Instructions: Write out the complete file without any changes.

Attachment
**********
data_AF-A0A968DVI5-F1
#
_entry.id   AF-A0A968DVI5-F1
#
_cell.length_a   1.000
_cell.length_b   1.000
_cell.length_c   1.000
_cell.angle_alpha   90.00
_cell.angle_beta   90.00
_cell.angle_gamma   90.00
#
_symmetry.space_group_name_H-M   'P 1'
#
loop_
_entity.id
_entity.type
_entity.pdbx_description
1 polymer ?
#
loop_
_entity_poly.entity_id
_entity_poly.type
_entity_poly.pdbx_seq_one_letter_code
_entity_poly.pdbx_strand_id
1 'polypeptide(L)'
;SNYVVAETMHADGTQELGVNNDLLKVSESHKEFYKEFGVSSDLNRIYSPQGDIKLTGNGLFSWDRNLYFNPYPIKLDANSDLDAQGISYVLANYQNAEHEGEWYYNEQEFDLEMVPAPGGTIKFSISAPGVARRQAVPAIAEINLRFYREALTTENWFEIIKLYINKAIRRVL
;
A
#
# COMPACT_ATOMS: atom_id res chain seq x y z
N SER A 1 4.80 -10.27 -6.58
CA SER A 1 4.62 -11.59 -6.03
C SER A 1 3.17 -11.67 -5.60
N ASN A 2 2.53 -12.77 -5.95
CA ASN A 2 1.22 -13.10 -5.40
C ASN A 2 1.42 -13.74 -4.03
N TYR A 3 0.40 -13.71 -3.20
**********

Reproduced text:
data_AF-A0A968DVI5-F1
#
_entry.id   AF-A0A968DVI5-F1
#
_cell.length_a   1.000
_cell.length_b   1.000
_cell.length_c   1.000
_cell.angle_alpha   90.00
_cell.angle_beta   90.00
_cell.angle_gamma   90.00
#
_symmetry.space_group_name_H-M   'P 1'
#
loop_
_entity.id
_entity.type
_entity.pdbx_description
1 polymer ?
#
loop_
_entity_poly.entity_id
_entity_poly.type
_entity_poly.pdbx_seq_one_letter_code
_entity_poly.pdbx_strand_id
1 'polypeptide(L)'
;SNYVVAETMHADGTQELGVNNDLLKVSESHKEFYKEFGVSSDLNRIYSPQGDIKLTGNGLFSWDRNLYFNPYPIKLDANSDLDAQGISYVLANYQNAEHEGEWYYNEQEFDLEMVPAPGGTIKFSISAPGVARRQAVPAIAEINLRFYREALTTENWFEIIKLYINKAIRRVL
;
A
#
# COMPACT_ATOMS: atom_id res chain seq x y z
N SER A 1 4.80 -10.27 -6.58
CA SER A 1 4.62 -11.59 -6.03
C SER A 1 3.17 -11.67 -5.60
N ASN A 2 2.53 -12.77 -5.95
CA ASN A 2 1.22 -13.10 -5.40
C ASN A 2 1.42 -13.74 -4.03
N TYR A 3 0.40 -13.71 -3.20